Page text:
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This copy of Dr. King's segment on WAAF-AM radio, entitled "Sunday with Martin Luther King," explains the plight of the "Negro" in the South as similar to the oppression experienced by the Israelites in the book of Exodus.
Southern Christian Leadership Conference board member Allen L. Johnson wrote this letter to Rev. Abernathy shortly after Dr. King's death. Johnson expressed his support of Rev. Abernathy's leadership of the organization.
In response to a previous request, Dora McDonald informs Pearl Goodwin that Dr. King will be unable to provide a commentary for her book "A Book of Commentary." She mentions that the request cannot be fulfilled due to Dr. King's chaotic speaking schedule.
Pearce Godfrey forwards to Dr. King several letters that he has written concerning his views on United States involvement in Vietnam, the usage of "under God" in the pledge of allegiance, and John F. Kennedy's statement before the United Nations that "life is unfair."
Douglas A. C. Davis invites Dr. King to speak at the University of Western Ontario's School of Business Administration. He explains that Dr. King's visit will be one of great pleasure and honor.
Louise Dekker-Brus congratulates Dr. King on the Nobel Peace Prize and writes that their newspaper says that, in King, America has its Joan of Arc.
Robert R. Nelson notifies Dr. King of the recent invitation that was first extended by Mr. Wendell English on behalf of the Impact Committee at Marshall University. Mr. Nelson requests Dr. King to participate as a key note speaker at one of the events. Impact is a morality driven organization focused on the proper guidance and purpose of life.
Dr. King declines the Chester Branch of the NAACP's invitation to attend its celebration of the 100th anniversary of the Emancipation Proclamation.
Dr. King, in this letter, thanked Mr. and Mrs. Bacon for their kind donation of $200 sent to him, during his recovery from a nearly fatal stabbing in 1958. He acknowledges his readiness to rejoin those fighting in the battle for civil rights, once his healing process is complete.
Dr. King writes a sermon on the topic "Cooperative Competition." King utilizes the biblical text deriving from Luke chapter 22 verse 24, which expresses how Jesus views competition. According to the text, Jesus thinks that competition is good as long as an individual competes with humility and serving others.
Cass Canfield from Harper & Row, Publishers thanks Joan Daves for sending the outline of Dr. King's book "Where Do We Go from Here." Cass suggests that in the book Dr. King "should stress that the Negro problem is part of the poverty problem."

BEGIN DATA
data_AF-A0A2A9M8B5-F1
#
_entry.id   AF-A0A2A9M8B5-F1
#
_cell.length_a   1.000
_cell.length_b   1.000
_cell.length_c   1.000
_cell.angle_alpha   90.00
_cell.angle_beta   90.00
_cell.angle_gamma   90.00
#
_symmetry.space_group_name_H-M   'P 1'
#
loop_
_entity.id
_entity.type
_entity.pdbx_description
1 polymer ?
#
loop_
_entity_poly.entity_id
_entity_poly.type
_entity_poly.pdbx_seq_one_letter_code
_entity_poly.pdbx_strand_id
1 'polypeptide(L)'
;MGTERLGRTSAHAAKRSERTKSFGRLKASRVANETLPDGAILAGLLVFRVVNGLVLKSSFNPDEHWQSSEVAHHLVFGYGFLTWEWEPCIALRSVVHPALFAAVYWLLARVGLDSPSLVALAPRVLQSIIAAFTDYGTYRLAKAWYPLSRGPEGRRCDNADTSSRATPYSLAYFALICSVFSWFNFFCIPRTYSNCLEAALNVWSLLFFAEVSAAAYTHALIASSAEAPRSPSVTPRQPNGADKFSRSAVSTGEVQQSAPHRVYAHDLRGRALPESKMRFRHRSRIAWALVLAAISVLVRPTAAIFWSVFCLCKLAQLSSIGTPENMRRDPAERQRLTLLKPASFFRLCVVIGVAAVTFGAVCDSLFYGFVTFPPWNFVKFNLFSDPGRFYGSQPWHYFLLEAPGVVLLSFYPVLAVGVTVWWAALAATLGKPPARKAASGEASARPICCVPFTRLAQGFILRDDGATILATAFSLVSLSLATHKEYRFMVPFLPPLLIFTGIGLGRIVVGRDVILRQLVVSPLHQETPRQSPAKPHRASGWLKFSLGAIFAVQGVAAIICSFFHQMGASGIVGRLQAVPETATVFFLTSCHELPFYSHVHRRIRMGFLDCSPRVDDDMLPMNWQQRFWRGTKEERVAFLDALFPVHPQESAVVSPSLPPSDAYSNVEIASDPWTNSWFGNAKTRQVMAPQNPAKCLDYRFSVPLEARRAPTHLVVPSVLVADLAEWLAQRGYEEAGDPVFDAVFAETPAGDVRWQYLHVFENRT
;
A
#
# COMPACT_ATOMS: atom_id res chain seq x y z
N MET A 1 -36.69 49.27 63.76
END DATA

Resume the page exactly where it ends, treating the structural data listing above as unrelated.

This essay highlights the realities of poverty stricken aliens in an affluent society. Through its examination of Negro-white relations, urban riots, and the War on Poverty, the author insists that the nonviolent struggle for civil rights must continue.
Dr. King gives an address to the Association of The Bar of the City of New York at the Hilton Hotel in New York. He praises lawyers for using their knowledge to aid the Civil Rights Movement. He states that Negro lawyers bring wisdom and a determination to win to the courtroom. Dr. King also defines an unjust law as a law that is "out of harmony with moral law of the universe."
New Mexico Congressman Thomas Morris writes Dr. King to acknowledge the receipt of a telegram requesting Morris' opposition to House Bill 585, which would dismiss five recently elected members. Morris does not indicate his position in the matter.
Rev. Ralph Abernathy informs the board members and executive staff of SCLC that Dr. King is taking a leave of absence for two months to write his book, "Where Do We Go From Here?" During Dr. King's absence, Rev. Abernathy took over the activities of the SCLC.
Mr. Warren writes to Senator Javits to confirm receipt of a previous correspondence. He expresses gratitude for Javits position on Human Rights.
On this notecard, Dr. King outlines another thinker's insights on the subject of faith. This is an example of one of the many notecards Dr. King kept in a cardboard filing box for quick reference to quotations, ideas, and bible verses, among other things. Material covered on these index cards includes topics such as theology, philosophy, and history. Some material from these reference notes would later emerge in his speeches and sermons.
Mr. Otwell, representing the Chicago Sun-Times, has requested that Dr. King writes an address to be published in the Sunday edition, regarding the 10th Anniversary of Brown v. Board of Education. Additionally, Mr. Otwell assures Dr. King that this will be an opportunity to promote his book, "Why We Can't Wait".
William Rutherford and Bernard Lafayette inform the SCLC staff members of an impromptu retreat on the Poor People's Campaign, which will be held at Ebenezer Baptist Church.
Reverend Jessie Jackson writes this letter to Reverend C. L. Franklin of the New Bethel Baptist Church in Detroit, Michigan. Jackson expresses his gratitude for Franklin's suggestions and assistance during a recent stay in Detroit. He also appreciates the solidarity exhibited towards the SCLC.
This document is a draft of the introduction for Dr. King's book, "Why We Can't Wait." Dr. King uses various African American children stories to explain that one cannot afford to wait for justice.
The Board of Christian Social Concerns of the Methodist Church releases a statement regarding the conflict in Vietnam and possible outcomes and solutions. The board urges steps leading to a withdrawal of US forces from Vietnam.